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Washington State’s run to College Cup can be blueprint for Arizona soccer

Arizona v Tennessee Photo by Donald Page/Getty Images

Washington State made a magical run into the College Cup this fall and, by doing so, shattered a glass ceiling for a host of Pac-12 teams, including the Arizona Wildcats.

The Cougars became the first non-California Pac-12 school—i.e. not Stanford, UCLA, USC or Cal—to reach the Final Four and the second to reach the Elite Eight. (Washington has a pair of Elite Eights but the most recent one came in 2010.)

Don’t think the rest of the conference wasn’t watching.

“A lot of the time it’s all the blue-blood programs...that are typically always in the Final Four,” said UA coach Tony Amato. “If you look back in history there’s not a lot of variation, and sometimes players look at that and you just assume you’re not going to get there. And I think now with a little variety in the Final Four, that can put things in clear sight of it is attainable and something that is maybe closer in reach than maybe some people would think.”

That it was Washington State who broke the mold should be especially motivating for the Wildcats. WSU and Arizona have more or less been equals in recent years. Both have been perennial NCAA Tournament teams and neither had advanced past the Sweet Sixteen prior to this postseason.

Meanwhile, their records since 2013, Amato’s first season at Arizona, are nearly identical:

  • Washington State: 85-43-16 overall, 36-34-7 Pac-12
  • Arizona: 79-48-16 overall, 35-34-8 Pac-12

And if you take Arizona’s six-game winning streak over the Cougars into account, one could argue the Wildcats have actually been the better program.

So, if Washington State can reach the College Cup, why can’t Arizona one day?

“I think the thing that is really encouraging to me is that Washington State is not necessarily one of the elite programs, but if you do the right things, and you recruit the right kinds of players, and you got a good staff, and you’ve got the right components, anybody can do it,” said Arizona assistant Sandy Davison, who coached at WSU from 2013 to 2017.

“I think we can do that at Arizona. We beat UCLA (who also made the College Cup) and we beat Washington State. So to me it’s kind of a bittersweet thing. I’m super excited for them, but I’m bummed it wasn’t us.”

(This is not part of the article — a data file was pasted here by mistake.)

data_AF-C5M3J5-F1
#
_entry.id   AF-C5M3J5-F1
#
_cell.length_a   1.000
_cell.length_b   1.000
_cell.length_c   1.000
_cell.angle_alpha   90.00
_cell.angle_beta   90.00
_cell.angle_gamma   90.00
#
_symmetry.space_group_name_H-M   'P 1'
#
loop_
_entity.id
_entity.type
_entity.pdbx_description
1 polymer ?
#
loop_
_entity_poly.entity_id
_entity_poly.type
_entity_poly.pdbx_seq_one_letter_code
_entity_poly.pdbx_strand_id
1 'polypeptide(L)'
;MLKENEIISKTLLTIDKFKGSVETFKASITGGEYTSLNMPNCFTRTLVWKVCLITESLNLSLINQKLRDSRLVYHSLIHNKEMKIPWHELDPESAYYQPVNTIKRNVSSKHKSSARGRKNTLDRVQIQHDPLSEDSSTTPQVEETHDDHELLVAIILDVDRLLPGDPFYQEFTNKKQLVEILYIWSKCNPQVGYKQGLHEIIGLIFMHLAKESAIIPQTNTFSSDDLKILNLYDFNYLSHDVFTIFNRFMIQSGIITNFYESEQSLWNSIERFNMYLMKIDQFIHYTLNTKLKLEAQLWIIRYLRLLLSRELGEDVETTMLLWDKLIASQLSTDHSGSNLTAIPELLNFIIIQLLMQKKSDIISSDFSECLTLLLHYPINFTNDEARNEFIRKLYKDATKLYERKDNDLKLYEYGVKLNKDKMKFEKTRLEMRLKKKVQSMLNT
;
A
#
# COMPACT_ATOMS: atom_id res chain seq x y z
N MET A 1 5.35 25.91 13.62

WSU was fortunate to not have No. 1 overall seed Stanford on its side of the bracket like Arizona has so many times, but it still had to beat No. 1 seed Virginia and No. 4 seed West Virginia in Charlottesville, Virginia to reach the Elite Eight—then win a road game at No. 2 seed South Carolina to clinch a Final Four berth.

A difficult path, though nothing a Pac-12 team should be overwhelmed by.

“The Pac-12 is such a good conference,” Davison said. “There’s so many different styles that are played. Nobody is the same. I was talking to a friend of mine at Syracuse, he used to coach in the Pac-12, and he was saying that in the ACC, it feels like there are really excellent teams, but everybody except for one or two schools all play the same way. And it’s not like that in the Pac. And I think that that prepares you for anything. And I think that’s why Pac-12 teams can go be successful in the tournament.”

One thing that does separate the Cougars from the Wildcats is they have an All-American in Morgan Weaver, who caught fire and scored four goals in five postseason games.

“A lot of stuff has to happen, right?” Amato said. “Like you gotta have a good path, you gotta be on the same page, you gotta score in the right moment. There are a lot of things that go into making the Final Four.”

Arizona’s season has ended in the second round in each of the past three seasons, but it has gotten closer and closer to taking that next step.

In 2017, the Wildcats lost 2-0 to No. 4 seed Florida State in Palo Alto. In 2018, they lost to No. 2 seed Tennessee 3-2 in Knoxville, surrendering the game-winner in the final minute.

Then this season, Arizona led No. 4 seed Penn State 2-0 with 31 minutes left and 3-2 with two and a half minutes left, before conceding the equalizer and suffering a heartbreaking loss in overtime.

“What I would want (our players) to take away from that is look how close you were,” Davison said. “We were this close to winning and we can beat anybody and we can play with anybody.”

To keep closing the gap between them and the nation’s top teams, Davison said the Wildcats need to continue adding depth and athleticism.

“I think there’s kind of a trend in the women’s game,” she said. “I think we have to continue to recruit players that are tough, that have grit. And I’m not saying that we don’t have that right now, but at the same time we have to get everybody on the roster closer to that. And honestly, I just feel like sometimes you get in a spot where you get a bit lucky. Like, things just start clicking for you at the right time, and Washington State did that.”